The work of American artist Kiki Smith, born 1954, is a meditation on the body. Smith observes every aspect of corporal materiality and the conditions that shape our life on earth: physically, spiritually, and politically, but also with regard to emotive categories like control and disgust. Her earlier work often fragmented the body into organs, fluids, and senses. Later, she depicted it as an envelope. Yet in her most recent art she has taken a step back to evoke mankind's relationship with its environment. Smith uses a wide range of materials and techniques, with a particular interest in the fragility and expressive potential of paper and its resemblance to human skin.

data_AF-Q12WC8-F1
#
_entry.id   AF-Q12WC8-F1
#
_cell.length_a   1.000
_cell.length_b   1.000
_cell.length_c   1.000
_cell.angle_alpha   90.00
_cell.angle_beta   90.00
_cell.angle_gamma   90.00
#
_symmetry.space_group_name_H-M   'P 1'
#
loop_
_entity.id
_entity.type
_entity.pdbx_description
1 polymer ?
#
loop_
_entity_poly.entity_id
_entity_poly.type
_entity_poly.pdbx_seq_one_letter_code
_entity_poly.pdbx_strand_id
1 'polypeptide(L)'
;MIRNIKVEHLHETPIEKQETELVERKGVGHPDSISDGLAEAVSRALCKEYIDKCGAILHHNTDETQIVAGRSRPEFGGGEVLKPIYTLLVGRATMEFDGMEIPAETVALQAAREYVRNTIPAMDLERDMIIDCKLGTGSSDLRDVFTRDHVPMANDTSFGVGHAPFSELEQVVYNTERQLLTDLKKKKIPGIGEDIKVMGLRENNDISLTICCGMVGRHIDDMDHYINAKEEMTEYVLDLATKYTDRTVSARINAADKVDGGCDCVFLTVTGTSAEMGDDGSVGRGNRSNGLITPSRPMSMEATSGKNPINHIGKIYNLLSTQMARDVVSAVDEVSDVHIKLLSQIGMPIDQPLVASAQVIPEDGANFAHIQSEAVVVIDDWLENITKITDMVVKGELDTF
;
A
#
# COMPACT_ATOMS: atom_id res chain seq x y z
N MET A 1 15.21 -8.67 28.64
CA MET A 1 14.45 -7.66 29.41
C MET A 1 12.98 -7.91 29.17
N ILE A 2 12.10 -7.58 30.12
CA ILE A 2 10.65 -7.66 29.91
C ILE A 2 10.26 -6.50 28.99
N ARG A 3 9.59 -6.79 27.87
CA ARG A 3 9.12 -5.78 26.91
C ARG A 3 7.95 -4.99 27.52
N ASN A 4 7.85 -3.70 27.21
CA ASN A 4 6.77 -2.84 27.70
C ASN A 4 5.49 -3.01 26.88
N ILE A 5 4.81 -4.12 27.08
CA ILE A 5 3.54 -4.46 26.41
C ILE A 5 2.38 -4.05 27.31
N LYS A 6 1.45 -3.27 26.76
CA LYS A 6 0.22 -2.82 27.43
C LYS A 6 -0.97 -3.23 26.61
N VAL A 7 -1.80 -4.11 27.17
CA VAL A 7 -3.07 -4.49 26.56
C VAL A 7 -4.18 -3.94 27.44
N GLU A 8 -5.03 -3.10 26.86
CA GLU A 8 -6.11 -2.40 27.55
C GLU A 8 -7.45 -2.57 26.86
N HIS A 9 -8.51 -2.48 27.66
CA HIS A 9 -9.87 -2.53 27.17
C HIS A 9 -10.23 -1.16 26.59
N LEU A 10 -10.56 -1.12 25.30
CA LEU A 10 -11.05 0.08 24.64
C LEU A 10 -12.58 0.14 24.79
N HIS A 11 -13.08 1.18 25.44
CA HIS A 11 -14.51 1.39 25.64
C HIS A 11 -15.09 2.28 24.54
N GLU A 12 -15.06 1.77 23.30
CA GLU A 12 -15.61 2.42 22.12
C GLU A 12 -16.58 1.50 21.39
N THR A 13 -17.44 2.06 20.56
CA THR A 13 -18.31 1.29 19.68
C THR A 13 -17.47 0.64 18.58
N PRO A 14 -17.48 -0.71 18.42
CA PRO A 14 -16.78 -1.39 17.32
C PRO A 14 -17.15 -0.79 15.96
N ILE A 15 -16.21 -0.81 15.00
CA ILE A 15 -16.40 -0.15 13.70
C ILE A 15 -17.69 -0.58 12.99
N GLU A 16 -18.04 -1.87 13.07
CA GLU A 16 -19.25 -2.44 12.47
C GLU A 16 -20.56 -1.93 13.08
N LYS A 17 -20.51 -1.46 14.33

This book, published to coincide with an exhibition at Musée Cantonal des Beaux-arts in Lausanne, Switzerland, offers a survey of some forty years of Kiki Smith's art making, examining in particular the sensory dimension of her output. Richly illustrated, the book confronts the reader with their own body and invites reflection on their role within the entire world.